None sound as good, warm, round, rich (language isn't so great for describing sound differences) as my Fender Concert. And the hifi stuff sounds quite a bit better if I front them with a Palmer PD1-CTC tube preamp. Makes everything sound so much more.. organic?

    As for speakers and cabinets, they do matter quite a lot. But once I ran the Lab Series, Henriksen, and Fender Concert all to a 2X12 closed back with Celestions for a side by side comparison. The Concert was so much better than the rest I went out got an EV speaker for it because the OEM Fender speaker was holding it back. If we're talking guitar speakers and cabinets and all things are equal, for me, tubes win. And, if some of that is psychoacoustic.. I'm OK with that. I play better notes when I like the sound I'm getting.

    All that being said, technology marches on. The Roland Blues Cube Artist is a really good amp. And then there is the world of higher fidelity speakers (powered PA speakers, Schertler, Clarus, et al) with an emulator in front of them. They can sound really good and offer flexibility guitar amps can't. I'm thinking the next generation solid state will be as good or surpass tubes in all the things tubes do well.
    Hell is full of musical amateurs - George Bernard Shaw

  16. #15

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    I recently did an A/B test of my new Little Jazz against my beloved 66 Ampeg Reverberocket. ME80 adding reverb in front of them, but also using the amps' reverbs.

    Changing the EQ of either amp made more difference than switching from one amp to the other.

    Once they were both adjusted to "my sound", my wife couldn't tell which was which (that was the blindfold part of the test).

    I thought the Little Jazz was a little cleaner when I hit a chord hard.

    But, really, not that much difference in sound. The Little Jazz weighs about half as much and is much smaller. Usable volume may be roughly similar. The old Reverberockets aren't all that expensive (I see them on CL from time to time anywhere from $600 to maybe $1000 or so), but the LJ is only $359.

    I have played through and HRD which I thought sounded amazing -- better than the Reverberocket. I'm guessing I might prefer the HRD to the LJ, but then it's not simply tubes vs SS, it's this particular amp vs that one.

    And, now on the opposite side of the argument, I have a friend who is sort of a classic guitar gear cork sniffer. Boutique tube amps, various pedals, various guitars with expensive setups and so forth. In a way I wish it wasn't true, but he sounds great every time. Fine player, but it's the gear too.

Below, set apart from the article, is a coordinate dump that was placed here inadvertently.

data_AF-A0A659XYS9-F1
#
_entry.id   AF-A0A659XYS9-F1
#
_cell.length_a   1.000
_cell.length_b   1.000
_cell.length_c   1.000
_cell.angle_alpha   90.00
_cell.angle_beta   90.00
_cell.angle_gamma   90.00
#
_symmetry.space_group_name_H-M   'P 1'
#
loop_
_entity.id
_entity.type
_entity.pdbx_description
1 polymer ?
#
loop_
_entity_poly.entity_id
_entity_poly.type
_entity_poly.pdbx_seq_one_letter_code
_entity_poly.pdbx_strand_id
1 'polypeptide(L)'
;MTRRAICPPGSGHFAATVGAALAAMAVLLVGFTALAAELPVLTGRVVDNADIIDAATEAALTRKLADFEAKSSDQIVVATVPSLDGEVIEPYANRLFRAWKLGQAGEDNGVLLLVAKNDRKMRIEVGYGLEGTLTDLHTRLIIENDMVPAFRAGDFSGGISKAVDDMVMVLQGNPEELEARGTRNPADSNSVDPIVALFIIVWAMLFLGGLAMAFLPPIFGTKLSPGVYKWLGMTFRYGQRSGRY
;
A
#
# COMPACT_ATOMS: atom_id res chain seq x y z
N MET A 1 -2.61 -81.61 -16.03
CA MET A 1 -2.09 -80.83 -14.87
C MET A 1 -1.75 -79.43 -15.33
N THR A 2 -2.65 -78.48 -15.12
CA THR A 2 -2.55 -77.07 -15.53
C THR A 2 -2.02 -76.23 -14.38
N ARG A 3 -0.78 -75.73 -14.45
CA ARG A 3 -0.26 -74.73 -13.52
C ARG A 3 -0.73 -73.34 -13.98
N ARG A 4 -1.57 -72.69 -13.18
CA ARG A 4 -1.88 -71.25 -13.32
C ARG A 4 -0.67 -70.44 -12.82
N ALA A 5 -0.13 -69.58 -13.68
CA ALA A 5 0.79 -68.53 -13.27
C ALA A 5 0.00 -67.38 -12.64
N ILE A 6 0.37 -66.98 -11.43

17. #16
    I swear to god, color of guitars and how they feel to touch affects their tone too. If I play a guitar with beautiful creamy, woody, blond finish and soft feel, it will sound creamy to me as well. If a guitar has a metallic blue color with harder finish, it'll have a bit of a brittle, bright edge to it's sound.
    Now everybody will be so quick to jump to the conclusion that it's just phyco-acoustics. Boring. Although it sure doesn't come through recordings

    Of course there are real technology differences between tube and non-tube. But it's really not easy to sort out what's real, what's imagined. Our mind works by combining all sensory information and preconceived beliefs when interpreting new input. You just cannot isolate one source.

  18. #17

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    I have using mostly SS and hybrid amps since my first Burns Stage One in 1966 or so (it was awful.) Playing only clean, I have never found SS sound wanting - in fact, I get praise for my tone all the time. In a band setting, slight nuances get diluted. Besides, your listeners won't know the difference, if any, because yours is the only guitar tone they hear. Sound, weight, price and carefree operation - SS is a working musician's tool.

  19. #18

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    I don't believe that anyone can tell the difference between good solid-state and tube amps in a blindfold test. And I don't believe that anyone can tell the difference between solid gold stranded speaker wire and plain copper. People want to believe there is a difference, and the more they have invested, the more they believe, but it's just religion, not science. And there is a lot of religion involved in tube amps.

  20. #19

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    Guitarists also hate change, maybe to varying degrees in life away from guitars but the “grail” for many people is very old technology. Probably since we hear players we love and think of how they got their sound. But what if they were playing now, what would Wes be playing for example? In terms of amps I mean. I wouldn’t be surprised if it was solid state considering what he was looking for from an amp, and ironically that breakup I like to hear probably wouldn’t be something a modern day Wes would be going for.


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  21. #20
    Wes did play SS amps at some later point in his career I think. And those weren't the modern juicy SS amps. Those were the early "bad" examples.